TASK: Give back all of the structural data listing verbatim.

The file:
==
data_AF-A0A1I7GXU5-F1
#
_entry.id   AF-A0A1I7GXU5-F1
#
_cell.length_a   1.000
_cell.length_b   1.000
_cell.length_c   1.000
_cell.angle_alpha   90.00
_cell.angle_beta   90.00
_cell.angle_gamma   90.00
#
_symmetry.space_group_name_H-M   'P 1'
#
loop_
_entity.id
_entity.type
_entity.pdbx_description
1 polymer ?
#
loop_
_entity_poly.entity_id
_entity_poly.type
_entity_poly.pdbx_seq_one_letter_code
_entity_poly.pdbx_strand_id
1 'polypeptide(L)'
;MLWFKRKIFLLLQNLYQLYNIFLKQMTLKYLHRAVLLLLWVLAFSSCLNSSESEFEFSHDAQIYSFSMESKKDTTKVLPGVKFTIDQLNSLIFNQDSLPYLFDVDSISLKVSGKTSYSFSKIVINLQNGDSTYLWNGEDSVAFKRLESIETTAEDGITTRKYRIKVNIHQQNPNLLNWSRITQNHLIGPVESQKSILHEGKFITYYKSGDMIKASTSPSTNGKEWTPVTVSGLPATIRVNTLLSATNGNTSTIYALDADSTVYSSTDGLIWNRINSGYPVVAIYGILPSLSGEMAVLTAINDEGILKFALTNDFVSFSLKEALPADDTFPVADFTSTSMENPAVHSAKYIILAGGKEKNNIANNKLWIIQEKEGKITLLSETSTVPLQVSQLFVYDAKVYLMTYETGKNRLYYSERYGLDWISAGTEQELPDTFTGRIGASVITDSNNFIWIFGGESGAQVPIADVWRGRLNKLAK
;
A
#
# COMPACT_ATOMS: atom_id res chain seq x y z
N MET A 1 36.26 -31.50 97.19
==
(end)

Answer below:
data_AF-A0A1I7GXU5-F1
#
_entry.id   AF-A0A1I7GXU5-F1
#
_cell.length_a   1.000
_cell.length_b   1.000
_cell.length_c   1.000
_cell.angle_alpha   90.00
_cell.angle_beta   90.00
_cell.angle_gamma   90.00
#
_symmetry.space_group_name_H-M   'P 1'
#
loop_
_entity.id
_entity.type
_entity.pdbx_description
1 polymer ?
#
loop_
_entity_poly.entity_id
_entity_poly.type
_entity_poly.pdbx_seq_one_letter_code
_entity_poly.pdbx_strand_id
1 'polypeptide(L)'
;MLWFKRKIFLLLQNLYQLYNIFLKQMTLKYLHRAVLLLLWVLAFSSCLNSSESEFEFSHDAQIYSFSMESKKDTTKVLPGVKFTIDQLNSLIFNQDSLPYLFDVDSISLKVSGKTSYSFSKIVINLQNGDSTYLWNGEDSVAFKRLESIETTAEDGITTRKYRIKVNIHQQNPNLLNWSRITQNHLIGPVESQKSILHEGKFITYYKSGDMIKASTSPSTNGKEWTPVTVSGLPATIRVNTLLSATNGNTSTIYALDADSTVYSSTDGLIWNRINSGYPVVAIYGILPSLSGEMAVLTAINDEGILKFALTNDFVSFSLKEALPADDTFPVADFTSTSMENPAVHSAKYIILAGGKEKNNIANNKLWIIQEKEGKITLLSETSTVPLQVSQLFVYDAKVYLMTYETGKNRLYYSERYGLDWISAGTEQELPDTFTGRIGASVITDSNNFIWIFGGESGAQVPIADVWRGRLNKLAK
;
A
#
# COMPACT_ATOMS: atom_id res chain seq x y z
N MET A 1 36.26 -31.50 97.19